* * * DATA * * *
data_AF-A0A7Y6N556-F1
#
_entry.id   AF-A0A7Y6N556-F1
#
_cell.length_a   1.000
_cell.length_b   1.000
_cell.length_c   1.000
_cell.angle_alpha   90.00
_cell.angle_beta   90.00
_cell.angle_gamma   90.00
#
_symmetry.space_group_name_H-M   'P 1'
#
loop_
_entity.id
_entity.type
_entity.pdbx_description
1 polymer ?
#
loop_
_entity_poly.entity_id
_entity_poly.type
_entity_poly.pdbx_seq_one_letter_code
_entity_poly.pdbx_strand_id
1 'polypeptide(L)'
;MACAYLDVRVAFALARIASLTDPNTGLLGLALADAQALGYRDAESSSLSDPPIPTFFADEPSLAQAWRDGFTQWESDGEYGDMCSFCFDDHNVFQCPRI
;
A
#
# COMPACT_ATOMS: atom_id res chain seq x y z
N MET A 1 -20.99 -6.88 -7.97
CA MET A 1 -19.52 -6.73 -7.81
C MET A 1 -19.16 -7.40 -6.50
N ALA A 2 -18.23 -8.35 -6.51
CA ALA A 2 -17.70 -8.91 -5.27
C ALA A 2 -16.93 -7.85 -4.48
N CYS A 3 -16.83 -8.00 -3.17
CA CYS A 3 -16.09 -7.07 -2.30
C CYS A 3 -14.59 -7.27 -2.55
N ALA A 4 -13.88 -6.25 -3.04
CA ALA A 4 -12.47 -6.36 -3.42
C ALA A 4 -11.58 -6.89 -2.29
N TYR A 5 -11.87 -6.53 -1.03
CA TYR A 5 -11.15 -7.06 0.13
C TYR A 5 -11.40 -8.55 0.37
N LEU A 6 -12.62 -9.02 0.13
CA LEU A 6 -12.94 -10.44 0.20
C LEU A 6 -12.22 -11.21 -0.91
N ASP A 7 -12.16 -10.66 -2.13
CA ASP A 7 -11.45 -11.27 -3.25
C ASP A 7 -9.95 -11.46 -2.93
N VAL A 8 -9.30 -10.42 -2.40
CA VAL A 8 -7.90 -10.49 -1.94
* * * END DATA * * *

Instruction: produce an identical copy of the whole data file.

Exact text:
data_AF-A0A7Y6N556-F1
#
_entry.id   AF-A0A7Y6N556-F1
#
_cell.length_a   1.000
_cell.length_b   1.000
_cell.length_c   1.000
_cell.angle_alpha   90.00
_cell.angle_beta   90.00
_cell.angle_gamma   90.00
#
_symmetry.space_group_name_H-M   'P 1'
#
loop_
_entity.id
_entity.type
_entity.pdbx_description
1 polymer ?
#
loop_
_entity_poly.entity_id
_entity_poly.type
_entity_poly.pdbx_seq_one_letter_code
_entity_poly.pdbx_strand_id
1 'polypeptide(L)'
;MACAYLDVRVAFALARIASLTDPNTGLLGLALADAQALGYRDAESSSLSDPPIPTFFADEPSLAQAWRDGFTQWESDGEYGDMCSFCFDDHNVFQCPRI
;
A
#
# COMPACT_ATOMS: atom_id res chain seq x y z
N MET A 1 -20.99 -6.88 -7.97
CA MET A 1 -19.52 -6.73 -7.81
C MET A 1 -19.16 -7.40 -6.50
N ALA A 2 -18.23 -8.35 -6.51
CA ALA A 2 -17.70 -8.91 -5.27
C ALA A 2 -16.93 -7.85 -4.48
N CYS A 3 -16.83 -8.00 -3.17
CA CYS A 3 -16.09 -7.07 -2.30
C CYS A 3 -14.59 -7.27 -2.55
N ALA A 4 -13.88 -6.25 -3.04
CA ALA A 4 -12.47 -6.36 -3.42
C ALA A 4 -11.58 -6.89 -2.29
N TYR A 5 -11.87 -6.53 -1.03
CA TYR A 5 -11.15 -7.06 0.13
C TYR A 5 -11.40 -8.55 0.37
N LEU A 6 -12.62 -9.02 0.13
CA LEU A 6 -12.94 -10.44 0.20
C LEU A 6 -12.22 -11.21 -0.91
N ASP A 7 -12.16 -10.66 -2.13
CA ASP A 7 -11.45 -11.27 -3.25
C ASP A 7 -9.95 -11.46 -2.93
N VAL A 8 -9.30 -10.42 -2.40
CA VAL A 8 -7.90 -10.49 -1.94